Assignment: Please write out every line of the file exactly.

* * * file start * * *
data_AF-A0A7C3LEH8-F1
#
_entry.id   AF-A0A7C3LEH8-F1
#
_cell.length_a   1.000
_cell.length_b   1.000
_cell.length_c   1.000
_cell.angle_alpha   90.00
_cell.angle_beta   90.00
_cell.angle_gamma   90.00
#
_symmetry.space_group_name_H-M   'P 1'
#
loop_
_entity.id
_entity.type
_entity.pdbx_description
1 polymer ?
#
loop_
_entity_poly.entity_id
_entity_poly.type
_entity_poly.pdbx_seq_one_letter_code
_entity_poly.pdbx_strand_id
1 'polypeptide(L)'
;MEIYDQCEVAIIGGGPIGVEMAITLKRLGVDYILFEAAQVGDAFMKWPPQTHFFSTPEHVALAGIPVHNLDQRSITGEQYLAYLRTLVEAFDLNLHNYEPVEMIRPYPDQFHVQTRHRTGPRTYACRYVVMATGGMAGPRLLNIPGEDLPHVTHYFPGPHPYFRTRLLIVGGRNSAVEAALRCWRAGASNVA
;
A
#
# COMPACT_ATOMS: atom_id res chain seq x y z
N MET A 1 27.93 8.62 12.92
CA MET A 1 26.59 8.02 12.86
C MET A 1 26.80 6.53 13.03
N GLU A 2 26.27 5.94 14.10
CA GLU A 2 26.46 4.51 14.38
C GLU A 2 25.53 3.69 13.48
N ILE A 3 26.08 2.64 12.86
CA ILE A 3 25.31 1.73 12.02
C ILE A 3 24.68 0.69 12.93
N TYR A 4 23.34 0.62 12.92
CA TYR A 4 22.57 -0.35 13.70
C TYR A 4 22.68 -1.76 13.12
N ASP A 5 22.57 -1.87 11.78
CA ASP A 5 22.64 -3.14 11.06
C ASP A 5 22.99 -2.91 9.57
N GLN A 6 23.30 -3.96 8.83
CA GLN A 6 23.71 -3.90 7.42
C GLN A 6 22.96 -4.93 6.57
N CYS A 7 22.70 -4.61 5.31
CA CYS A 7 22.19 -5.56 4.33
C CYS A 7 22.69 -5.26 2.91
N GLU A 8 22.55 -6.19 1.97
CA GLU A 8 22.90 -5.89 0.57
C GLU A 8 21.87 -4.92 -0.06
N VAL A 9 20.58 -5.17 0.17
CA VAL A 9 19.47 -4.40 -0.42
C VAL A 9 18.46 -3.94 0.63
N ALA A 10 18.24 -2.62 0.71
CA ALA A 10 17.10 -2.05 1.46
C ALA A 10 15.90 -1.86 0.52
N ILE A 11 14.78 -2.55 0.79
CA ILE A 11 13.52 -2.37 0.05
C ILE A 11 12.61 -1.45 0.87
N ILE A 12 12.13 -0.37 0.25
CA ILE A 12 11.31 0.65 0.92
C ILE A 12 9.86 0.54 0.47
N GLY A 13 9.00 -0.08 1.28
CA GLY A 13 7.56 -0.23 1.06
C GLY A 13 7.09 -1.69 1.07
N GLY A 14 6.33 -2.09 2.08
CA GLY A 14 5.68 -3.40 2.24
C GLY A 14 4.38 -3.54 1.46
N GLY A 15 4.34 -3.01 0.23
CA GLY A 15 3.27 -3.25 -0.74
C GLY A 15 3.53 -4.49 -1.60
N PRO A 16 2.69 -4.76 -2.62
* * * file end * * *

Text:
data_AF-A0A7C3LEH8-F1
#
_entry.id   AF-A0A7C3LEH8-F1
#
_cell.length_a   1.000
_cell.length_b   1.000
_cell.length_c   1.000
_cell.angle_alpha   90.00
_cell.angle_beta   90.00
_cell.angle_gamma   90.00
#
_symmetry.space_group_name_H-M   'P 1'
#
loop_
_entity.id
_entity.type
_entity.pdbx_description
1 polymer ?
#
loop_
_entity_poly.entity_id
_entity_poly.type
_entity_poly.pdbx_seq_one_letter_code
_entity_poly.pdbx_strand_id
1 'polypeptide(L)'
;MEIYDQCEVAIIGGGPIGVEMAITLKRLGVDYILFEAAQVGDAFMKWPPQTHFFSTPEHVALAGIPVHNLDQRSITGEQYLAYLRTLVEAFDLNLHNYEPVEMIRPYPDQFHVQTRHRTGPRTYACRYVVMATGGMAGPRLLNIPGEDLPHVTHYFPGPHPYFRTRLLIVGGRNSAVEAALRCWRAGASNVA
;
A
#
# COMPACT_ATOMS: atom_id res chain seq x y z
N MET A 1 27.93 8.62 12.92
CA MET A 1 26.59 8.02 12.86
C MET A 1 26.80 6.53 13.03
N GLU A 2 26.27 5.94 14.10
CA GLU A 2 26.46 4.51 14.38
C GLU A 2 25.53 3.69 13.48
N ILE A 3 26.08 2.64 12.86
CA ILE A 3 25.31 1.73 12.02
C ILE A 3 24.68 0.69 12.93
N TYR A 4 23.34 0.62 12.92
CA TYR A 4 22.57 -0.35 13.70
C TYR A 4 22.68 -1.76 13.12
N ASP A 5 22.57 -1.87 11.78
CA ASP A 5 22.64 -3.14 11.06
C ASP A 5 22.99 -2.91 9.57
N GLN A 6 23.30 -3.96 8.83
CA GLN A 6 23.71 -3.90 7.42
C GLN A 6 22.96 -4.93 6.57
N CYS A 7 22.70 -4.61 5.31
CA CYS A 7 22.19 -5.56 4.33
C CYS A 7 22.69 -5.26 2.91
N GLU A 8 22.55 -6.19 1.97
CA GLU A 8 22.90 -5.89 0.57
C GLU A 8 21.87 -4.92 -0.06
N VAL A 9 20.58 -5.17 0.17
CA VAL A 9 19.47 -4.40 -0.42
C VAL A 9 18.46 -3.94 0.63
N ALA A 10 18.24 -2.62 0.71
CA ALA A 10 17.10 -2.05 1.46
C ALA A 10 15.90 -1.86 0.52
N ILE A 11 14.78 -2.55 0.79
CA ILE A 11 13.52 -2.37 0.05
C ILE A 11 12.61 -1.45 0.87
N ILE A 12 12.13 -0.37 0.25
CA ILE A 12 11.31 0.65 0.92
C ILE A 12 9.86 0.54 0.47
N GLY A 13 9.00 -0.08 1.28
CA GLY A 13 7.56 -0.23 1.06
C GLY A 13 7.09 -1.69 1.07
N GLY A 14 6.33 -2.09 2.08
CA GLY A 14 5.68 -3.40 2.24
C GLY A 14 4.38 -3.54 1.46
N GLY A 15 4.34 -3.01 0.23
CA GLY A 15 3.27 -3.25 -0.74
C GLY A 15 3.53 -4.49 -1.60
N PRO A 16 2.69 -4.76 -2.62